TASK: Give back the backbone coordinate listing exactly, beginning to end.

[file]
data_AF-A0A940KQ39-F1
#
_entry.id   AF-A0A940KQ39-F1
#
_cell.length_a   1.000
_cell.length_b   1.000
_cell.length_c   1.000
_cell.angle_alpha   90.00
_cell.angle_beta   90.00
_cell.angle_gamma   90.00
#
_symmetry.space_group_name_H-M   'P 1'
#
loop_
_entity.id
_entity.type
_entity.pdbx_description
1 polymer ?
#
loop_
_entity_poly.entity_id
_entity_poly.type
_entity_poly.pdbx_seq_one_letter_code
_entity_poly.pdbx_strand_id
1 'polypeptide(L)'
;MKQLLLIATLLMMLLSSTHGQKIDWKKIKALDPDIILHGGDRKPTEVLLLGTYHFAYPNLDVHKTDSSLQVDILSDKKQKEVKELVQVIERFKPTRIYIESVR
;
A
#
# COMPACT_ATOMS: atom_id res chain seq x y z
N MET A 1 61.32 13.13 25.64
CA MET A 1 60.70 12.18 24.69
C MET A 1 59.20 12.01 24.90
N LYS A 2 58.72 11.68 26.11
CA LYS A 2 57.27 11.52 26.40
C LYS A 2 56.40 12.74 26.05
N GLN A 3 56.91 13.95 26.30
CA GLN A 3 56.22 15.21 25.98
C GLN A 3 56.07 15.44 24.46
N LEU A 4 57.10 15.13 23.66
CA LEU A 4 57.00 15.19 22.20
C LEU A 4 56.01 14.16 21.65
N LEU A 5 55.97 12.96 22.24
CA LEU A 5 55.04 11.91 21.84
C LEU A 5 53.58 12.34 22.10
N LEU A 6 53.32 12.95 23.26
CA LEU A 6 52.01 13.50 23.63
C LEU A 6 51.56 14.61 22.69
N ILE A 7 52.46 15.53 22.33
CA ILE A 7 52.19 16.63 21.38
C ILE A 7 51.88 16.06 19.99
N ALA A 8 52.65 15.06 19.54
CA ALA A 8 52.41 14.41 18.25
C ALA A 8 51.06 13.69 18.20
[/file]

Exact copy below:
data_AF-A0A940KQ39-F1
#
_entry.id   AF-A0A940KQ39-F1
#
_cell.length_a   1.000
_cell.length_b   1.000
_cell.length_c   1.000
_cell.angle_alpha   90.00
_cell.angle_beta   90.00
_cell.angle_gamma   90.00
#
_symmetry.space_group_name_H-M   'P 1'
#
loop_
_entity.id
_entity.type
_entity.pdbx_description
1 polymer ?
#
loop_
_entity_poly.entity_id
_entity_poly.type
_entity_poly.pdbx_seq_one_letter_code
_entity_poly.pdbx_strand_id
1 'polypeptide(L)'
;MKQLLLIATLLMMLLSSTHGQKIDWKKIKALDPDIILHGGDRKPTEVLLLGTYHFAYPNLDVHKTDSSLQVDILSDKKQKEVKELVQVIERFKPTRIYIESVR
;
A
#
# COMPACT_ATOMS: atom_id res chain seq x y z
N MET A 1 61.32 13.13 25.64
CA MET A 1 60.70 12.18 24.69
C MET A 1 59.20 12.01 24.90
N LYS A 2 58.72 11.68 26.11
CA LYS A 2 57.27 11.52 26.40
C LYS A 2 56.40 12.74 26.05
N GLN A 3 56.91 13.95 26.30
CA GLN A 3 56.22 15.21 25.98
C GLN A 3 56.07 15.44 24.46
N LEU A 4 57.10 15.13 23.66
CA LEU A 4 57.00 15.19 22.20
C LEU A 4 56.01 14.16 21.65
N LEU A 5 55.97 12.96 22.24
CA LEU A 5 55.04 11.91 21.84
C LEU A 5 53.58 12.34 22.10
N LEU A 6 53.32 12.95 23.26
CA LEU A 6 52.01 13.50 23.63
C LEU A 6 51.56 14.61 22.69
N ILE A 7 52.46 15.53 22.33
CA ILE A 7 52.19 16.63 21.38
C ILE A 7 51.88 16.06 19.99
N ALA A 8 52.65 15.06 19.54
CA ALA A 8 52.41 14.41 18.25
C ALA A 8 51.06 13.69 18.20